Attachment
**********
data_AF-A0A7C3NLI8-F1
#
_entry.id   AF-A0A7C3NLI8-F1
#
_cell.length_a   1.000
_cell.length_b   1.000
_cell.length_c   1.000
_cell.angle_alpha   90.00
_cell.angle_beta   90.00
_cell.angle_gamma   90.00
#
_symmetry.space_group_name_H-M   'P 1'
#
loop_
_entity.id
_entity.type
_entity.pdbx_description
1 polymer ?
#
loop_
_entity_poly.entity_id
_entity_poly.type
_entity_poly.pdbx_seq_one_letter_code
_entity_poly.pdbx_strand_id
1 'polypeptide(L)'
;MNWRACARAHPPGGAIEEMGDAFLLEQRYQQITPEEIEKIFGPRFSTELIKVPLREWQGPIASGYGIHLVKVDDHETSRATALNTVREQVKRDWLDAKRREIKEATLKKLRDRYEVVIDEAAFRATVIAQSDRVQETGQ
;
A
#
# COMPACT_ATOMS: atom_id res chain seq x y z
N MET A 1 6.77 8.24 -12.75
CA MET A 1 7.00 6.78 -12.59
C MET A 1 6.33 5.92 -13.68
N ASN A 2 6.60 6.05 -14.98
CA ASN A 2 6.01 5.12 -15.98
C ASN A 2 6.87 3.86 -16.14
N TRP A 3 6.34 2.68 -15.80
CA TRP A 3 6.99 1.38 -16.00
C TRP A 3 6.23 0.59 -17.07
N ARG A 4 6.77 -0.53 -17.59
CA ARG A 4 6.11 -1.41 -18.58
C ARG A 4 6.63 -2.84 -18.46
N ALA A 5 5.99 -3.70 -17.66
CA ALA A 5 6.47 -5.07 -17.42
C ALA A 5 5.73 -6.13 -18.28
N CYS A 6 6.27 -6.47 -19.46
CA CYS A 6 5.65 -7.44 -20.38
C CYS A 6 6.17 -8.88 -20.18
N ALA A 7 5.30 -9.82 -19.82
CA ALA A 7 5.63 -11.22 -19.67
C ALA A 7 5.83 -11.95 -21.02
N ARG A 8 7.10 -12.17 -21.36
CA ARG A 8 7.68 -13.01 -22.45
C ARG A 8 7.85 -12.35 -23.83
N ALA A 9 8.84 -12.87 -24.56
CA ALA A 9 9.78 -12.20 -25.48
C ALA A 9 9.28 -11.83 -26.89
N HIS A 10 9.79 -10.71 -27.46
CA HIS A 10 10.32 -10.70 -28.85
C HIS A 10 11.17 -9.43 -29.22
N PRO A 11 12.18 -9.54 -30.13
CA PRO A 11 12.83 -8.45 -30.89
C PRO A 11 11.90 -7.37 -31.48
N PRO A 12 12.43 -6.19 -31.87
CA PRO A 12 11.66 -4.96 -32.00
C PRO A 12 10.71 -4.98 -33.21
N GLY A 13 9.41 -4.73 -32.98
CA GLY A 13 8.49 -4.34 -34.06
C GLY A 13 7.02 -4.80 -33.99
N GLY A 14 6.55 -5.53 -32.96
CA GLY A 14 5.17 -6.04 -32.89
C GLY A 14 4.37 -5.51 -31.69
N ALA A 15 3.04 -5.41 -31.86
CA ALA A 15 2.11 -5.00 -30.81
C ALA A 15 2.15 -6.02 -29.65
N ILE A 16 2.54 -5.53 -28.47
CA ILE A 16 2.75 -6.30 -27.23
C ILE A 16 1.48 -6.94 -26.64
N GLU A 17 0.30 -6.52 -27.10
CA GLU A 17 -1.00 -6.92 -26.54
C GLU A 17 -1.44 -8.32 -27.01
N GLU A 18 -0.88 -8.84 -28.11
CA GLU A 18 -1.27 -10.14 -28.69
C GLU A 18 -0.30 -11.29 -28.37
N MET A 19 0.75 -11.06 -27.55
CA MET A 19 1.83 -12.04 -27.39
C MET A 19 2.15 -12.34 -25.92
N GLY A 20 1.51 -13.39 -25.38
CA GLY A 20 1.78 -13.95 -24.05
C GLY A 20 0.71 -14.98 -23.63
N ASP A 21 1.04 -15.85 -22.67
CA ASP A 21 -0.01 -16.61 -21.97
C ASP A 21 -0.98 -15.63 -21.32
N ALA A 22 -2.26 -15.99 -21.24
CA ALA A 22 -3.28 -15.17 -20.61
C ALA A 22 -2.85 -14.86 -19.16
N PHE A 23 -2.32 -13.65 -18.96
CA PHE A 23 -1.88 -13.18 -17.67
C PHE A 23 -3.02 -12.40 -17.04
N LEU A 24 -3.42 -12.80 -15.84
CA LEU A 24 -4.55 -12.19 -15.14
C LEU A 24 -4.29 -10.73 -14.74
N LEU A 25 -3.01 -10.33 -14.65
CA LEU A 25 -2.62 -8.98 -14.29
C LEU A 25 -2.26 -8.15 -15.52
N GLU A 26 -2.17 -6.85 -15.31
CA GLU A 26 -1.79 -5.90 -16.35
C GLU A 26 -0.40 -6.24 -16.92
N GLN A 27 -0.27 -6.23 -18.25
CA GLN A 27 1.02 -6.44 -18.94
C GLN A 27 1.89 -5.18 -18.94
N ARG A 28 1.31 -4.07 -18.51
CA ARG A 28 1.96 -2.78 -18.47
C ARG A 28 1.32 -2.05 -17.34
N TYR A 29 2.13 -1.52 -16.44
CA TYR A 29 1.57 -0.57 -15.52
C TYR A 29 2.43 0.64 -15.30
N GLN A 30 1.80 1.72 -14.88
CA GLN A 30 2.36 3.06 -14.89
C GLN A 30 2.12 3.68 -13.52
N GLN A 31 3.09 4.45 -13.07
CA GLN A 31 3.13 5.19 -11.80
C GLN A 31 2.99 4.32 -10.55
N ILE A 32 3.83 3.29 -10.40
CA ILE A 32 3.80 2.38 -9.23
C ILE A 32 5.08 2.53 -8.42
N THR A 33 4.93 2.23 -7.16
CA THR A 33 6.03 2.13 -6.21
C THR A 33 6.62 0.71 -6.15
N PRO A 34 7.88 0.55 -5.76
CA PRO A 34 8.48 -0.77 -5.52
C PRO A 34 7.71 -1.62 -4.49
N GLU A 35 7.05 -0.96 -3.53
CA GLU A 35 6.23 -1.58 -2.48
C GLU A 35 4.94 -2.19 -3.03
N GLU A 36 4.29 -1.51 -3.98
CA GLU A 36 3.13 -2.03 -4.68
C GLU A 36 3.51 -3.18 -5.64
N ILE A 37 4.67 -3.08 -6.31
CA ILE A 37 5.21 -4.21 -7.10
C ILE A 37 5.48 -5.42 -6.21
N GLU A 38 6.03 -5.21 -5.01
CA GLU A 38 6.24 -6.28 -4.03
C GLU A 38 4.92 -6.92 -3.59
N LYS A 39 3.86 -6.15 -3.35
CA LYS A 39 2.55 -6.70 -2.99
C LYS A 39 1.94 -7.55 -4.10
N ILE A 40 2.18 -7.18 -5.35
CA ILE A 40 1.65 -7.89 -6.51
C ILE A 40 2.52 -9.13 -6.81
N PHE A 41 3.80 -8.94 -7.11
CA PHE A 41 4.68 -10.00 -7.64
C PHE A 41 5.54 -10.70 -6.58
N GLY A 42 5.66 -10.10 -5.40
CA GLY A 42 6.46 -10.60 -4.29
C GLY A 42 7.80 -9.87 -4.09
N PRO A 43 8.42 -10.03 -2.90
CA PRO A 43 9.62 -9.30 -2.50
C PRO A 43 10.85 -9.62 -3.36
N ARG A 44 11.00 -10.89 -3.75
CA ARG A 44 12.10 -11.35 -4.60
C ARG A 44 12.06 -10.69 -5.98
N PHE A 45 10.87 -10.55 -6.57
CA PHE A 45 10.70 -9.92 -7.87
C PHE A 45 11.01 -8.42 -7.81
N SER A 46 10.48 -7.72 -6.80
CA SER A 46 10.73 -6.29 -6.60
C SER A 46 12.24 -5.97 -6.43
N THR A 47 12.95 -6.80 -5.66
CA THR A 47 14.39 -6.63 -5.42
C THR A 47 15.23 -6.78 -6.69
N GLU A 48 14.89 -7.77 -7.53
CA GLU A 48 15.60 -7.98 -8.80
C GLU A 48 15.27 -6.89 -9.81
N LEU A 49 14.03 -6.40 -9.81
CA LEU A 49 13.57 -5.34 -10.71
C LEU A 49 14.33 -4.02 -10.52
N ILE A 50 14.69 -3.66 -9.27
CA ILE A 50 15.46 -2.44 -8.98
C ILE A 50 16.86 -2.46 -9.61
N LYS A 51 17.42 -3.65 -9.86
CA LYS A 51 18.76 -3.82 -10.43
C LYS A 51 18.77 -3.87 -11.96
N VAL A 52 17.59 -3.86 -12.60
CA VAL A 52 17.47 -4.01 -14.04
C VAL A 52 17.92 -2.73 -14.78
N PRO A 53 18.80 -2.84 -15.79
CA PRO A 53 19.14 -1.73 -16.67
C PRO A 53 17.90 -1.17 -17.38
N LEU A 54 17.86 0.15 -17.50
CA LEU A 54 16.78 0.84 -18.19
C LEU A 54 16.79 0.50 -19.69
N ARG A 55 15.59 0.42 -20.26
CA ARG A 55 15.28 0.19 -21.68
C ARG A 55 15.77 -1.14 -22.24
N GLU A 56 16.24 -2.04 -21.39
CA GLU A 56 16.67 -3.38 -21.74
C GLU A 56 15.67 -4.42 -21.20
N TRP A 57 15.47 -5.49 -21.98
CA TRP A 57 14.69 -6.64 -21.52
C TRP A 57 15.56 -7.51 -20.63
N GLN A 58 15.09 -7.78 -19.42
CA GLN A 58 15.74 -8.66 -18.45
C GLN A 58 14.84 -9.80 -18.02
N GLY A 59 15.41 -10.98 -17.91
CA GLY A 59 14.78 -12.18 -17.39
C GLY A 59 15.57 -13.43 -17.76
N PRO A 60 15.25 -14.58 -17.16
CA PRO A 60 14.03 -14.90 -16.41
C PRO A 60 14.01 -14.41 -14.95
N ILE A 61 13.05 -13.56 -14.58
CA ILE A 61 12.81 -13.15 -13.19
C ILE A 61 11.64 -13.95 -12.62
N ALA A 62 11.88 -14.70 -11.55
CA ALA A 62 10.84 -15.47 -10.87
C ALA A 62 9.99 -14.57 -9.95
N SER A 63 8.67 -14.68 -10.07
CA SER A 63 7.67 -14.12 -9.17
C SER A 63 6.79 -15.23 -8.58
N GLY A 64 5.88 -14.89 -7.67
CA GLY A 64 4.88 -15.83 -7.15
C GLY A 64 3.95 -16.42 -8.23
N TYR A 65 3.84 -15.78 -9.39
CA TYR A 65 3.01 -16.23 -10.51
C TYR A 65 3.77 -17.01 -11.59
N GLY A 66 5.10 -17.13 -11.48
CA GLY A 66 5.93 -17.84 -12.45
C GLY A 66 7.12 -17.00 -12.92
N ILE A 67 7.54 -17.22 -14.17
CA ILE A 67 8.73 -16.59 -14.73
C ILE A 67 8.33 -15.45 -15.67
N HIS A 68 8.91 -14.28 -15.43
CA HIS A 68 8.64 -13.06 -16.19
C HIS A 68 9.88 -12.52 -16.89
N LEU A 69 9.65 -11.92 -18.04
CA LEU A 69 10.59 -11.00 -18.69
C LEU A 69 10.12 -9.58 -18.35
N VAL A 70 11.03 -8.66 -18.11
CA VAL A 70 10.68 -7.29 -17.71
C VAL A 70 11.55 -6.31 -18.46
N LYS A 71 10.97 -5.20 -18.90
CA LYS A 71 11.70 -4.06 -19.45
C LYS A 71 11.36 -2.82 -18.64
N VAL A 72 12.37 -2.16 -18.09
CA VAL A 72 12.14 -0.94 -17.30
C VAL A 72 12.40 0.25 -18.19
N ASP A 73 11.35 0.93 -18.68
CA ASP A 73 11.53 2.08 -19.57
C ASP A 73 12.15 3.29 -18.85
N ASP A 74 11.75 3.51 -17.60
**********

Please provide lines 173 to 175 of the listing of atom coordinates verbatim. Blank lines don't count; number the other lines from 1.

CA GLU A 48 15.60 -7.98 -8.80
C GLU A 48 15.27 -6.89 -9.81
N LEU A 49 14.03 -6.40 -9.81